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By Lee Chi-dong
WASHINGTON, March 28 (Yonhap) -- As North Korea issues bellicose rhetoric almost every day, coupled with obstructionist steps like the severing of the inter-Korean military hotline, the main question is whether and when the erratic nation will launch attacks on South Korea and the United States.
Around 7,000 miles away from Seoul, Korea experts in Washington also sense high tensions on the peninsula. They agree North Korea's provocations are possible anytime but admit the difficulty of predicting what will happen.
"Discerning bluster from actual North Korean intent is always difficult, but recent actions suggests greater potential for another attack on South Korean military and civilian targets," said Bruce Klingner, senior researcher at the Heritage Foundation.
Pyongyang's military threats in recent weeks are strong and worrisome even by the standards of the communist regime's typical propaganda tactics.
Angry about new U.N. sanctions and South Korea-U.S. military exercises, the North has threatened to stage nuclear warfare, reduce South Korea to ashes and lob rockets onto Guam, Hawaii and the mainland U.S.
Klingner, who long worked in the U.S. intelligence community, raised the possibility of "miscalculation" by the North's young and inexperienced leader, Kim Jong-un, perhaps emboldened by a successful long-range rocket launch in December and a nuclear test two months later.
"As frightening as these warnings are, North Korea would more likely conduct another tactical-level attack to achieve its objectives rather than risk national suicide through a nuclear strike," he added.
In 2010, the North torpedoed a South Korean naval ship and carried out a massive artillery attack on a border island, killing a total of 50 South Korean soldiers and civilians.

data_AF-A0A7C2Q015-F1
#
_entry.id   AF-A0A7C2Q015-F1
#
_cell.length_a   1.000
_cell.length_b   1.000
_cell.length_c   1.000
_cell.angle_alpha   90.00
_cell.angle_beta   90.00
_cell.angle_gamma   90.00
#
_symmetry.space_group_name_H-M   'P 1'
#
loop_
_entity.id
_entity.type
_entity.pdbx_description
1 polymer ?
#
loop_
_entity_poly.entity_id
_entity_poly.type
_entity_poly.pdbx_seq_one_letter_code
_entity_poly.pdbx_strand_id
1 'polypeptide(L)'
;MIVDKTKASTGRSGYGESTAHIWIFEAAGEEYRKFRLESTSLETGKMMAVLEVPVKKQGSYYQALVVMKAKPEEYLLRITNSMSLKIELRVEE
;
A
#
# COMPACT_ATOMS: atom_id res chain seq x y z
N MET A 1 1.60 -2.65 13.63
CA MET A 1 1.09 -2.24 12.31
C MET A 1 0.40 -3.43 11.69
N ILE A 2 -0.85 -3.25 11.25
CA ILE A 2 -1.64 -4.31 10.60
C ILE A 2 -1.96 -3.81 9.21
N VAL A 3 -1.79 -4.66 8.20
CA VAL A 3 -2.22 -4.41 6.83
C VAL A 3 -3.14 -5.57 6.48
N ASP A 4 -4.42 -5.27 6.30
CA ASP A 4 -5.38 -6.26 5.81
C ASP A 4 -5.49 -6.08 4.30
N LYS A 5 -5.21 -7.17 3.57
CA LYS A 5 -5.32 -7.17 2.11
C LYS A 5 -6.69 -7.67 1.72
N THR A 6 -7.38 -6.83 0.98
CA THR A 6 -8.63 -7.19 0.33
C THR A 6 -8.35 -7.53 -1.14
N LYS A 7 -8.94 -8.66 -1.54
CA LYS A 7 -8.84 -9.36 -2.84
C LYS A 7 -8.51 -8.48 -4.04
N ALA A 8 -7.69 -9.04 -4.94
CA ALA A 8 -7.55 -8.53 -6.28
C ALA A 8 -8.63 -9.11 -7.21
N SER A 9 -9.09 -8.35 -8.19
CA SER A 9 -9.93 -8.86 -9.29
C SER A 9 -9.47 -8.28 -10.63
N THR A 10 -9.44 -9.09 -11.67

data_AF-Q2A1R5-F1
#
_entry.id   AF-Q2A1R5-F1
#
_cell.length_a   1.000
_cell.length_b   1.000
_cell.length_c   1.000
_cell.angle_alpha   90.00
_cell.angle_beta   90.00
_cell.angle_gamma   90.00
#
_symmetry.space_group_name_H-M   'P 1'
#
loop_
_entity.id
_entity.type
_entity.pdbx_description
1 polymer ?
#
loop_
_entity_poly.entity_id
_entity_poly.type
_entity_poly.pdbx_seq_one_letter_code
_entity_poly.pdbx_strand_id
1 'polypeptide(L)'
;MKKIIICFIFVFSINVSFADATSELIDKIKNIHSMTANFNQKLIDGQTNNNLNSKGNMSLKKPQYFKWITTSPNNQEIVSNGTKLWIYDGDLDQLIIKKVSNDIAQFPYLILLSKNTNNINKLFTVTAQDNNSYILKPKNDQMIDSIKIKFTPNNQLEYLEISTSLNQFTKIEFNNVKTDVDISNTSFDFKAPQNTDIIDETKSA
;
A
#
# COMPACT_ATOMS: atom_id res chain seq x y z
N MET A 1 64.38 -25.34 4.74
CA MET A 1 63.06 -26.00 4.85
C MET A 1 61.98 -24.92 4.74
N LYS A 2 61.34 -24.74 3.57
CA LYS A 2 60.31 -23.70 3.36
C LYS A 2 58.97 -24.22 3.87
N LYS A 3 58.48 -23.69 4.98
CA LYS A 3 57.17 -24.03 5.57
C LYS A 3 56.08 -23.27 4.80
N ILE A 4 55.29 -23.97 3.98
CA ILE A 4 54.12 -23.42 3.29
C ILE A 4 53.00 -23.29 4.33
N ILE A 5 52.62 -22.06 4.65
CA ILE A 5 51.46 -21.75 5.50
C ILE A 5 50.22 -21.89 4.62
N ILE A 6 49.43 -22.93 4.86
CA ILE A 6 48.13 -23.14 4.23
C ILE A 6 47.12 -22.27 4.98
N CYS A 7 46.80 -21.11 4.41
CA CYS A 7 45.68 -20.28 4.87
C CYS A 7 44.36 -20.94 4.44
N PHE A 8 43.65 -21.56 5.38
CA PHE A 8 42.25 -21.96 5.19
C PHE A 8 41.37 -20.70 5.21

But Larry Niksch, who has long followed Korean affairs, said noise from Pyongyang does not necessarily mean imminent military provocations.
"In the past, North Korea has struck against the U.S. and the ROK (South Korea) during periods of relatively calm with little or no prior warnings," said Niksch, senior associate at the Center for Strategic and International Studies (CSIS). "In that situation -- periods of relative calm, North Korea has had the element of surprise when our guard was relaxed. I will worry more when North Korea calms the rhetoric."
Denny Roy, senior research fellow at the East-West Center, agreed that Pyongyang may be more cautious, especially as Seoul has stated plans to retaliate militarily to any future attack.
Currently, tens of thousands of South Korean and U.S. troops are staging annual joint military drills code-named Foal Eagle.
"If Pyongyang is more cautious, they might choose a more indirect type of provocation, something less lethal, or that is not clearly attributable to the DPRK (North Korean) government," he said.
A high-level government source here said there are no concrete indications of North Korea's actual provocations as yet.
The source, who requested anonymity, would not rule out the possibility that the North will refrain from taking additional provocative steps and create a mood for dialogue.
"I think we will have to wait until the end of the ongoing South Korea-U.S. military exercise on April 30 to get a better sense of whether the military tensions will be prolonged or talks will be able to resume," the source said.
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